Libby, CJ Lorane and Alexis, you must be congratulated, what a beautiful and unusual story, filled with S/H love and Mrs. Dobey's love for them. Any more gems like this please? [6]
I realize that the fiction in HP is not expected to be polished to gem-like quality, but I was really taken aback by a couple of the pieces in the last issue. "After the Ping Pong Ball Bounced" was...inexplicable. It struck me as the most contrived story I've ever ploughed through, populated by characters I'd never want to meet. First, and least, we have Edith Dobey, the not-too-latent voyeur and general all-around dodo. Even in Zorba the Greek the old crones waited until Dame Hortense died before they stripped her room bare. But, it does serve as a rather obvious plot device to enable the authors to catalog as many sex toys as possible in the shortest amount of space. Then there's Hutch, the guy who once screamed at Starsky for attempting to throw out a crummy rosebush pole from the back seat of his car, calmly thanking dodo, uh, Edith, for pawing through his most intimate belongings and dumping a good portion of them in the garbage. Who are these people? Who cares. [7]
This is an interesting approach. The first part showing Hutch's loneliness and fear fits right in with his conviction that Starsk would die. The Edith section, however, is a surprise. I'm not sure she'd be quite that high-handed even in the name of love, but apparently Hutch understood and accepted her interference, so the story works within that frame. [8]
ATPPBB was a very well written story that set me to thinking about what my mother-in-law might say if she had to perform the duty Edith undertook for herself. I have stacks of K/S and H/J and S/H. Hope she'd understand all the love involved in those pages. [9]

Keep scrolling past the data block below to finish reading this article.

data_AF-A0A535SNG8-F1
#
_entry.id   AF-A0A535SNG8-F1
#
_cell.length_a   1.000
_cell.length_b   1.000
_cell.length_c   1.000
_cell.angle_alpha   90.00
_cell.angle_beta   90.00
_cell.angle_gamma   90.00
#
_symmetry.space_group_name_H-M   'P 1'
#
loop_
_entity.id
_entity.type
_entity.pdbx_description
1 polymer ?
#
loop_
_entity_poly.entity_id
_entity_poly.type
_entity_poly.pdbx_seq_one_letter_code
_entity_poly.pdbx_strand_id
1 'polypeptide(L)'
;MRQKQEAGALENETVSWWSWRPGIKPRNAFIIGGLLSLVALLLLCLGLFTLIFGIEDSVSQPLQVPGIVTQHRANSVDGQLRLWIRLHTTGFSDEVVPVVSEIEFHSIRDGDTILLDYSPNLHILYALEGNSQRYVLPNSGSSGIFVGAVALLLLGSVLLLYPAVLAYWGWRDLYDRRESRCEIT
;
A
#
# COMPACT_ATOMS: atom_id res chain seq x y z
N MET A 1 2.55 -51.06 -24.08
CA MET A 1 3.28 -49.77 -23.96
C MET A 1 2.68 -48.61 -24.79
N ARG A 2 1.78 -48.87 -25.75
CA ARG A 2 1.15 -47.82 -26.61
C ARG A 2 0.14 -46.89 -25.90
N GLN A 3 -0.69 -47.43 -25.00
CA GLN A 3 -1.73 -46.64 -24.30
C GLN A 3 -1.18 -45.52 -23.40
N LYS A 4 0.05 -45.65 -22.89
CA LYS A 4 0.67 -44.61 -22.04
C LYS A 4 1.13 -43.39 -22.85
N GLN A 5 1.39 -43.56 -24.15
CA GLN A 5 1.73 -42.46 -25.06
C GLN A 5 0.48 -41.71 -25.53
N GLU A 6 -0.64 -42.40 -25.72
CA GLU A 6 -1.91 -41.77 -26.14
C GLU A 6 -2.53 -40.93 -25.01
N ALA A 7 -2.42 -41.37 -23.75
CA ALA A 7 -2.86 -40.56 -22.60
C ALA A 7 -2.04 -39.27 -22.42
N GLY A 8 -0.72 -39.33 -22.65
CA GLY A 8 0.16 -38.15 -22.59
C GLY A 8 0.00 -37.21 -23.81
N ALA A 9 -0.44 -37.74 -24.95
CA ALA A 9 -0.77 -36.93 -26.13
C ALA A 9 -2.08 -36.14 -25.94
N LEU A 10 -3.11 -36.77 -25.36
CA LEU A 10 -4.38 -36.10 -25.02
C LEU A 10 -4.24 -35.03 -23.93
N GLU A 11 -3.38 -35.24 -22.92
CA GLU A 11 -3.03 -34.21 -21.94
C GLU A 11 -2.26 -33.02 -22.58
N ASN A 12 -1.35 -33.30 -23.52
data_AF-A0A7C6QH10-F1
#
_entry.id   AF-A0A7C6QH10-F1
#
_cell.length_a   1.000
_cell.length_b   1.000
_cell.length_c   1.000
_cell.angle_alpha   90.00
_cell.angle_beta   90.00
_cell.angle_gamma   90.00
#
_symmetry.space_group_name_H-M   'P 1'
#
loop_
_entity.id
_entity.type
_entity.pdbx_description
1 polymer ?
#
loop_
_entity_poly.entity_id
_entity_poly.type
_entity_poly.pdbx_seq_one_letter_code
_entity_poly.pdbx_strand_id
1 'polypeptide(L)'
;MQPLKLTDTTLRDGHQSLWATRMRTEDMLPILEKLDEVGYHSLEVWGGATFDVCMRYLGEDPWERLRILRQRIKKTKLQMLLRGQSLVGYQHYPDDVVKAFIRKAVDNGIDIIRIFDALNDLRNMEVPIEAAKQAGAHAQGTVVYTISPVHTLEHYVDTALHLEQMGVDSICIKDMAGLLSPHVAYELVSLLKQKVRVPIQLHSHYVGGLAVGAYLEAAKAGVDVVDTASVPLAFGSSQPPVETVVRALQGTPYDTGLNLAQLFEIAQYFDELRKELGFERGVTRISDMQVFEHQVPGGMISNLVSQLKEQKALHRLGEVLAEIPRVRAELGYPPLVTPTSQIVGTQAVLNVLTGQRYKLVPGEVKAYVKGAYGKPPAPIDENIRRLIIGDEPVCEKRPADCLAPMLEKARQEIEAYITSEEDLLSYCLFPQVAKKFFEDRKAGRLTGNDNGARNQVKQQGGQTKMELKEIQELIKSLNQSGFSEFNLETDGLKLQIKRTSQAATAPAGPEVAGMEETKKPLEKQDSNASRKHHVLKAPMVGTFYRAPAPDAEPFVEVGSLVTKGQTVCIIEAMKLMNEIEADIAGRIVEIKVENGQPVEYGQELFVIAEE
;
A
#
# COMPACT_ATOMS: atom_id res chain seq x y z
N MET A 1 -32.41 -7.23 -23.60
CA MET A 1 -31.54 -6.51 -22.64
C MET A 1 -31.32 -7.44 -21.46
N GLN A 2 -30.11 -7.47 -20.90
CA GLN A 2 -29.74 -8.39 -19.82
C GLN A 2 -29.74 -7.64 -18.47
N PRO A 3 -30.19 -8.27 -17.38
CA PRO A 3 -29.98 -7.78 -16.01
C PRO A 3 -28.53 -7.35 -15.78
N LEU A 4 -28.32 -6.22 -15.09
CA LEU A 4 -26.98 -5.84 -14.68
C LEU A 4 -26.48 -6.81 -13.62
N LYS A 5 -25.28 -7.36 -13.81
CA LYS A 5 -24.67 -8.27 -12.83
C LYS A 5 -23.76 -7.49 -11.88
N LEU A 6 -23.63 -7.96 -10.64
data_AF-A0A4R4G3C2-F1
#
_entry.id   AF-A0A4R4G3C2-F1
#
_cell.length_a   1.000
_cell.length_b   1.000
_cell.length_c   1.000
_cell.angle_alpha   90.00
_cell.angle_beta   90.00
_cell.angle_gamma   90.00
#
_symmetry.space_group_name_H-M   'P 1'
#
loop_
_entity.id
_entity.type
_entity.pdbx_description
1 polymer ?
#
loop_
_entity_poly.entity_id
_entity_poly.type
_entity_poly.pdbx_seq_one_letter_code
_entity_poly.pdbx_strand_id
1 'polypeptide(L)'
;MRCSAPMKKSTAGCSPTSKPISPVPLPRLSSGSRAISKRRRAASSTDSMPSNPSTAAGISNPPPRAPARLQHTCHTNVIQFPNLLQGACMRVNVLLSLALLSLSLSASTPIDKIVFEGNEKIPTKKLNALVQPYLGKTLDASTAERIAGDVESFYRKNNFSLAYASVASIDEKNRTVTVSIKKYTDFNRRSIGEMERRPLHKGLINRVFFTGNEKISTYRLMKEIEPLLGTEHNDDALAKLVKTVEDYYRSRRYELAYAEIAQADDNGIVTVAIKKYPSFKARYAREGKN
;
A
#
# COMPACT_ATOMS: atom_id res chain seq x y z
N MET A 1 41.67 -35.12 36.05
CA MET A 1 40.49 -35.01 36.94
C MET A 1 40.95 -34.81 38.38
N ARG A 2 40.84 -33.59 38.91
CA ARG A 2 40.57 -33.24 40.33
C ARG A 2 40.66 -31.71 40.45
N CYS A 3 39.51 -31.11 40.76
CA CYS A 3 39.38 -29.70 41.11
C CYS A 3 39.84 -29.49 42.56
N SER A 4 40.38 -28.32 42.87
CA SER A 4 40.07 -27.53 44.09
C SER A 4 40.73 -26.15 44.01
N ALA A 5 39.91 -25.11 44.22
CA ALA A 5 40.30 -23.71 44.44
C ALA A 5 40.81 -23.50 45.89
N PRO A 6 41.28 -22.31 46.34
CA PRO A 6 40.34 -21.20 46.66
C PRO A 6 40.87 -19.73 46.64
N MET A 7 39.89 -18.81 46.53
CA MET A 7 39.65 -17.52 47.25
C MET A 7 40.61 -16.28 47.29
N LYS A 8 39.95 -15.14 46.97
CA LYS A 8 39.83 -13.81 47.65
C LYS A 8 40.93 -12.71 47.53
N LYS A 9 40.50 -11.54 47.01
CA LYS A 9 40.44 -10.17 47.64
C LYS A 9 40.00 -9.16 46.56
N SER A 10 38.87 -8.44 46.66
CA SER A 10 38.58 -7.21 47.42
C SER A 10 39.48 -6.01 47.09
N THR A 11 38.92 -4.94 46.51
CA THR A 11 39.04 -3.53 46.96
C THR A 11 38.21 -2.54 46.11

ATPPBB at least was an attempt to do something different (voyeurism, yeah, I know... I won't get into that. I personally didn't see it that way, but maybe my tastes are just weird.)... I'm not going to get into a discussion of that, because I don't feel qualified to, but I will say this: I can see where some people might have been put off by Edith's characterization in this one. However, let's be fair -- we saw Edith exactly once on S&H, and that episode didn't tell us much about her except that she was hysterical most of the time (understandably). It really didn't tell us much at all about her feelings for, or her relationship with S&H. Therefore, given so little to work with, I should think that ANYBODY'S interpretation of her character would be equally valid. [10]


I always enjoy her writing... Why this must be read: Set around Sweet Revenge, it encompasses the pain Hutch was feeling and the past he and Starsky shared. Edith Dobey sets out to do a favor for her friends, not adding to the bigotry but hoping to save them the pain of it in their time of need. The memories of a love shared brings hope that a future can be shared as well. [11]

Response from One of the Writers

In Hanky Panky #11 (1984), C.J. Lorane states her real name, explains how and where this story was written, and offers her opinion for fans who have provided feedback. An excerpt: